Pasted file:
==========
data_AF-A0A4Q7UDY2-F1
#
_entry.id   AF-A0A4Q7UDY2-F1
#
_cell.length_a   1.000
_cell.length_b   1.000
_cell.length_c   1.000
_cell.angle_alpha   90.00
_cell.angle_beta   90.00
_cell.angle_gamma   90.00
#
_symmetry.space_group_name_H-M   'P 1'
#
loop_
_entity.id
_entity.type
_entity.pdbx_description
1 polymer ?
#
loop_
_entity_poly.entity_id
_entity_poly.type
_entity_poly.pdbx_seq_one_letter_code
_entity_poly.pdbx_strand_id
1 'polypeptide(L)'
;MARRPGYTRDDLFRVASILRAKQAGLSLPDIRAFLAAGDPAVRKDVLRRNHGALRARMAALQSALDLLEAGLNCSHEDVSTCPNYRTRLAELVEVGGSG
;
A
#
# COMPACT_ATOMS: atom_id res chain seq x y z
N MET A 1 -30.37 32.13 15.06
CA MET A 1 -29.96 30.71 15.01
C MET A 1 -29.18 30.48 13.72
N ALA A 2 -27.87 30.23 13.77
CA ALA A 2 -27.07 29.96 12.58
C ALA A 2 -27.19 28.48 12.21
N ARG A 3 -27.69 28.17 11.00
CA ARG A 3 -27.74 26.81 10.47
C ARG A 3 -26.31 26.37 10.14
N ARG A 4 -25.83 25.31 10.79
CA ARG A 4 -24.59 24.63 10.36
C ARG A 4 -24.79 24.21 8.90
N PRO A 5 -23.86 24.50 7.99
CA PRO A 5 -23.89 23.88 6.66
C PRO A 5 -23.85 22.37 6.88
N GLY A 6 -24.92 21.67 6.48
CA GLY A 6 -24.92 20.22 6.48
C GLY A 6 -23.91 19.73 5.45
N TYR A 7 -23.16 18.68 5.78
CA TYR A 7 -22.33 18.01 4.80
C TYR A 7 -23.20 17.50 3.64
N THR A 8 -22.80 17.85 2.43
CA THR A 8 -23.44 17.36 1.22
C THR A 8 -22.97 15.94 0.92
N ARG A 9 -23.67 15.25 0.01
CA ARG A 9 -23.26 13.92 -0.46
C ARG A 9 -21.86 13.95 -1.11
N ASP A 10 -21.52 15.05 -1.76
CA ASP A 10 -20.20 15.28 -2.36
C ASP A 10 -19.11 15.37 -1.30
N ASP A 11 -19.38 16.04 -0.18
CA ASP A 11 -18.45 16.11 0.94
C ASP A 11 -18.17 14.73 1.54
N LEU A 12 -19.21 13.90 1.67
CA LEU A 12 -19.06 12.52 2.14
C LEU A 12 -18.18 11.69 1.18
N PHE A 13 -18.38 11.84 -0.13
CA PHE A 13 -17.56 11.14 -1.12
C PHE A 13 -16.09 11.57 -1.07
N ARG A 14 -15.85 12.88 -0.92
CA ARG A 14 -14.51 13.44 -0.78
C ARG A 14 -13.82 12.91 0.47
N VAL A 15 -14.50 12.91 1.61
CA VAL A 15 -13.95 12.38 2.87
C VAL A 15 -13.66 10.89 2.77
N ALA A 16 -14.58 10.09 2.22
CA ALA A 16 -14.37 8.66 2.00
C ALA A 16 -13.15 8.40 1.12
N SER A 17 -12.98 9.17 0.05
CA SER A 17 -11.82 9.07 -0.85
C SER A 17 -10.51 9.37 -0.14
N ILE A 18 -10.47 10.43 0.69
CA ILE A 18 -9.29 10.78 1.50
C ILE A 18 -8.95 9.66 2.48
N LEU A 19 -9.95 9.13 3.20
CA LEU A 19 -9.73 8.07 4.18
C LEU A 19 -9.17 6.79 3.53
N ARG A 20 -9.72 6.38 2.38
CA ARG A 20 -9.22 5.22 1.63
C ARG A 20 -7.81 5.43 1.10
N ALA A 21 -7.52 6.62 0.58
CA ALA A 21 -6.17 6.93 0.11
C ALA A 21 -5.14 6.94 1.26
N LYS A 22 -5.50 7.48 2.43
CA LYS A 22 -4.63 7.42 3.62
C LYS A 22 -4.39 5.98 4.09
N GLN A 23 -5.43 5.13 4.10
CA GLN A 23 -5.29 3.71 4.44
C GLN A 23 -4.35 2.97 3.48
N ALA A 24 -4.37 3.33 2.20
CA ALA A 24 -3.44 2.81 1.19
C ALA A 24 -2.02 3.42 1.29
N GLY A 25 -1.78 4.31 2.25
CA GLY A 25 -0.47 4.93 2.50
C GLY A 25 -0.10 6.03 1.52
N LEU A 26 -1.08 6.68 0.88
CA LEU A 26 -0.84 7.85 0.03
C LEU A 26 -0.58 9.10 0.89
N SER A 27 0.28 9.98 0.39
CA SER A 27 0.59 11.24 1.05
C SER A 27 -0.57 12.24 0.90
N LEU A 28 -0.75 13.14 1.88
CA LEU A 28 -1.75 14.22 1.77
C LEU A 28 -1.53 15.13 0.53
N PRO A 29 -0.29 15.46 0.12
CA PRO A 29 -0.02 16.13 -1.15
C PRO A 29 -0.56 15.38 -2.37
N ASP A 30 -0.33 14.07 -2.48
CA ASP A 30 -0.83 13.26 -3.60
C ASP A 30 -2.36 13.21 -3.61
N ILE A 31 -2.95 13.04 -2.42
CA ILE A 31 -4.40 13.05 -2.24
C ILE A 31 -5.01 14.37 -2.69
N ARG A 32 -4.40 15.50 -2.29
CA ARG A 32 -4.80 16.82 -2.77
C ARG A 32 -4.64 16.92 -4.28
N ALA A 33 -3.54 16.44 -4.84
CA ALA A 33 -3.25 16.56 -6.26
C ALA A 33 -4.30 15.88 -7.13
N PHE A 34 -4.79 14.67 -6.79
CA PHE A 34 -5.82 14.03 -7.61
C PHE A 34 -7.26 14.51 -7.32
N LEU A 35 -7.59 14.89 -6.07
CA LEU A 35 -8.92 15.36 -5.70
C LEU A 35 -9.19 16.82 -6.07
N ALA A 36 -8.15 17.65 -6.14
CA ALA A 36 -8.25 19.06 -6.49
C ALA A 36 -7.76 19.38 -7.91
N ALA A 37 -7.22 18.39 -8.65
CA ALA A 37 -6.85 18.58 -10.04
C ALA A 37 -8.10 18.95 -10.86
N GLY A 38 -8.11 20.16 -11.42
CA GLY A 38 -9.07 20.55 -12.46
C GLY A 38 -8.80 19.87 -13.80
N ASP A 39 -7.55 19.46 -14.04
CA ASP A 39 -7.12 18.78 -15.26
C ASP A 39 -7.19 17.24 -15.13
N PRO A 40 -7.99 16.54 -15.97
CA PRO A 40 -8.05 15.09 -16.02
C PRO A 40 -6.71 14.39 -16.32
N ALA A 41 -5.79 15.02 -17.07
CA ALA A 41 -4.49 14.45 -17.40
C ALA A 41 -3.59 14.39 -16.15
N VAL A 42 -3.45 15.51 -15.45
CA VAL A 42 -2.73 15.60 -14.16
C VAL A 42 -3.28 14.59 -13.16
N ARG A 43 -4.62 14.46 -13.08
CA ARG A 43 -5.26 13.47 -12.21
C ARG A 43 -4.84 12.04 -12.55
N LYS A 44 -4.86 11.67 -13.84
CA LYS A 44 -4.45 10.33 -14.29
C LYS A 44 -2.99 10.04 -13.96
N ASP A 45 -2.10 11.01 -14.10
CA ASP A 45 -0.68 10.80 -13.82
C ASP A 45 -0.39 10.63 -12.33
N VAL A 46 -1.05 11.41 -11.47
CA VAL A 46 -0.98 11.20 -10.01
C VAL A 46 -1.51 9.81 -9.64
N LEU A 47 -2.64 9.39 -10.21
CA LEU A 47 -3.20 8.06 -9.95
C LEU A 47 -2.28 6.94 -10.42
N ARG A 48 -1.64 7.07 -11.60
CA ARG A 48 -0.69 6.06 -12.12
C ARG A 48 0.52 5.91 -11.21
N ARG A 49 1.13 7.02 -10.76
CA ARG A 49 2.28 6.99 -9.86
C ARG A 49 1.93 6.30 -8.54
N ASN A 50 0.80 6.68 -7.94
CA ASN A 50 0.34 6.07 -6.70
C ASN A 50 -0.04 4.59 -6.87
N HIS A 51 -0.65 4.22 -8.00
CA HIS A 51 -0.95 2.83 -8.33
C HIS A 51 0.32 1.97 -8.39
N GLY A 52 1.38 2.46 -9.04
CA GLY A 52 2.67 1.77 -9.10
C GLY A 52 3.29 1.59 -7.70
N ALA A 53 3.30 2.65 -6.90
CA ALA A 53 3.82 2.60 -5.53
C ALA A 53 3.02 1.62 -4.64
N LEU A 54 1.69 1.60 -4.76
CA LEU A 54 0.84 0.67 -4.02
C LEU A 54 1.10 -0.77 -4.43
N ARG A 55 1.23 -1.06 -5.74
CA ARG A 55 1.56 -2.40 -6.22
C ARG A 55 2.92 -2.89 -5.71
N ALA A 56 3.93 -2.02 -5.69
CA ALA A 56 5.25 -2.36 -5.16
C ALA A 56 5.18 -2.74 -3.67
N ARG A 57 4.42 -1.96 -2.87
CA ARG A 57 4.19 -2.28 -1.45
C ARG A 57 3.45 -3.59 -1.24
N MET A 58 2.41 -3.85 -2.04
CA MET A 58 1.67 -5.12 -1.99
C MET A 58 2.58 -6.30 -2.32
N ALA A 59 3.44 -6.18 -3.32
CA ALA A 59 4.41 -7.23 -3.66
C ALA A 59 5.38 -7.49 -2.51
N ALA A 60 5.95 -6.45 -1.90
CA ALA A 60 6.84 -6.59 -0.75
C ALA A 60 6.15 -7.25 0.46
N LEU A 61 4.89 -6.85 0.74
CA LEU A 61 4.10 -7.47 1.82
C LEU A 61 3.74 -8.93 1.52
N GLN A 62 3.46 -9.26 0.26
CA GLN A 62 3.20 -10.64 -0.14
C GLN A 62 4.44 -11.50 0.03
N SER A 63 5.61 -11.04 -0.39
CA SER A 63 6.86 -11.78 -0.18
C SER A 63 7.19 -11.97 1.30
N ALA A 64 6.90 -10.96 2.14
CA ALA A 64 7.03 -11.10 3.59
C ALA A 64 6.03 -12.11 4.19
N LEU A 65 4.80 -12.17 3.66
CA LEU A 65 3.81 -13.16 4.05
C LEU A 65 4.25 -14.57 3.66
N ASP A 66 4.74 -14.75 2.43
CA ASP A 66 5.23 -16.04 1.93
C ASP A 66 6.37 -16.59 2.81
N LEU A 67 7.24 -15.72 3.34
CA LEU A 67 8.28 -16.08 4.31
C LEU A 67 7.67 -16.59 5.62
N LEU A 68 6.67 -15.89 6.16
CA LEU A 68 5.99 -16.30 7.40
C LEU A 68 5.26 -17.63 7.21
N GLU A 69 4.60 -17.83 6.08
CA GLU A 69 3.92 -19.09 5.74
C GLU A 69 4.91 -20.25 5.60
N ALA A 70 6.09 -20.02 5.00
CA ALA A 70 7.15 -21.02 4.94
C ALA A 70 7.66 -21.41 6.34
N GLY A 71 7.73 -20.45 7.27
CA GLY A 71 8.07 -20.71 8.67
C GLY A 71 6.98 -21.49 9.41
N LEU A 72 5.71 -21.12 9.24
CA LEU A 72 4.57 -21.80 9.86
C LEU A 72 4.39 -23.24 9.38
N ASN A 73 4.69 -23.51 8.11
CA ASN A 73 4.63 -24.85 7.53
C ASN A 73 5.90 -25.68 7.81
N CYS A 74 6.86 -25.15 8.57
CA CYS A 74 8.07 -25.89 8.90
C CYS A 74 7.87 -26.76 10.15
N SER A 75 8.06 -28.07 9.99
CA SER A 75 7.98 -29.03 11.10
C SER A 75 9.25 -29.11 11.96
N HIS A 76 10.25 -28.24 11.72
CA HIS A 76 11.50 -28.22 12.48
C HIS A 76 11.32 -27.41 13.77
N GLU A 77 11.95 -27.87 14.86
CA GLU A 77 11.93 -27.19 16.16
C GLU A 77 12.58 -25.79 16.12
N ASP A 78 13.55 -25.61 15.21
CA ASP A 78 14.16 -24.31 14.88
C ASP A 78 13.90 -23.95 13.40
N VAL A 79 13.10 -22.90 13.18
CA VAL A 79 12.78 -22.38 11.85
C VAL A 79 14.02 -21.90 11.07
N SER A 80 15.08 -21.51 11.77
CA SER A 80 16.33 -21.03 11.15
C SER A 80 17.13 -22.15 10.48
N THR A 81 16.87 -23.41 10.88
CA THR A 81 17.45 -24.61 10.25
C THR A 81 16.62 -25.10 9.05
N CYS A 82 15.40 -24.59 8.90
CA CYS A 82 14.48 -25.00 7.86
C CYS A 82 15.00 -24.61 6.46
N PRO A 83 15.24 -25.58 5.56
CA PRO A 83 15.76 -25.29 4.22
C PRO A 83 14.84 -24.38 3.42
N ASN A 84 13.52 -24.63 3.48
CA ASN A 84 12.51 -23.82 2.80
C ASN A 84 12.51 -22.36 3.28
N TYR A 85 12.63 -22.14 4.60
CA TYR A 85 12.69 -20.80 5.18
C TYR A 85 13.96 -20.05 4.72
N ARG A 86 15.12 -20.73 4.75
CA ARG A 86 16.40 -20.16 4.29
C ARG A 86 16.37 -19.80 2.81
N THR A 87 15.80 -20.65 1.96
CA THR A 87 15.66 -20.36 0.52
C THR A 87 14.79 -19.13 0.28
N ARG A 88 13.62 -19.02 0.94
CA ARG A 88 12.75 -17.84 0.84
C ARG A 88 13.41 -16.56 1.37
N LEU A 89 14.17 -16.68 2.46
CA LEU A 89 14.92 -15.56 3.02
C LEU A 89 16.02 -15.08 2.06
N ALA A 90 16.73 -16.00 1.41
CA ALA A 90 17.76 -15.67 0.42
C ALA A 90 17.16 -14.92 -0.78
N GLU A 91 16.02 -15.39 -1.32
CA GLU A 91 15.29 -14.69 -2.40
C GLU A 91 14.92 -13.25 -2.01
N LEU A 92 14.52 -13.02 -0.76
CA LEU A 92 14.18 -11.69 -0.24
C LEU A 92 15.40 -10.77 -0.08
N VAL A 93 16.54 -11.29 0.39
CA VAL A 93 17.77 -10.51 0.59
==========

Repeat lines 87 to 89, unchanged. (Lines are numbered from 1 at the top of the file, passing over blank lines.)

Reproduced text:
C LEU A 19 -9.17 6.79 3.53
N ARG A 20 -9.72 6.38 2.38
CA ARG A 20 -9.22 5.22 1.63